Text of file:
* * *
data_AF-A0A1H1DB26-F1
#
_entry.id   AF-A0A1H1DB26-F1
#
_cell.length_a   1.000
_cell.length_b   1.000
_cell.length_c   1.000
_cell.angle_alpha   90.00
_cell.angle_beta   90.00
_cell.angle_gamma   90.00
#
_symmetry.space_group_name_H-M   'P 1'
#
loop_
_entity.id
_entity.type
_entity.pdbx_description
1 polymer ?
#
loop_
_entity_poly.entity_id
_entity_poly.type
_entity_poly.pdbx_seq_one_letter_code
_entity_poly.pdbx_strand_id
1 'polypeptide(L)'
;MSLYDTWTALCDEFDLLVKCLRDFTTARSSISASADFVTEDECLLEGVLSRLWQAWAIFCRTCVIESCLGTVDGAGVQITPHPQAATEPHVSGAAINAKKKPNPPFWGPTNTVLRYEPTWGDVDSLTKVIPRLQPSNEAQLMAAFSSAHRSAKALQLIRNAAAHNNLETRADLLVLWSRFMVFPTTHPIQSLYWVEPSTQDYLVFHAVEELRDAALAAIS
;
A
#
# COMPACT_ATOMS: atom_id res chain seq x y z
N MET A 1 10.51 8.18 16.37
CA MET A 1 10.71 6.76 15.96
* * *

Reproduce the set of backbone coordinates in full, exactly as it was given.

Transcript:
data_AF-A0A1H1DB26-F1
#
_entry.id   AF-A0A1H1DB26-F1
#
_cell.length_a   1.000
_cell.length_b   1.000
_cell.length_c   1.000
_cell.angle_alpha   90.00
_cell.angle_beta   90.00
_cell.angle_gamma   90.00
#
_symmetry.space_group_name_H-M   'P 1'
#
loop_
_entity.id
_entity.type
_entity.pdbx_description
1 polymer ?
#
loop_
_entity_poly.entity_id
_entity_poly.type
_entity_poly.pdbx_seq_one_letter_code
_entity_poly.pdbx_strand_id
1 'polypeptide(L)'
;MSLYDTWTALCDEFDLLVKCLRDFTTARSSISASADFVTEDECLLEGVLSRLWQAWAIFCRTCVIESCLGTVDGAGVQITPHPQAATEPHVSGAAINAKKKPNPPFWGPTNTVLRYEPTWGDVDSLTKVIPRLQPSNEAQLMAAFSSAHRSAKALQLIRNAAAHNNLETRADLLVLWSRFMVFPTTHPIQSLYWVEPSTQDYLVFHAVEELRDAALAAIS
;
A
#
# COMPACT_ATOMS: atom_id res chain seq x y z
N MET A 1 10.51 8.18 16.37
CA MET A 1 10.71 6.76 15.96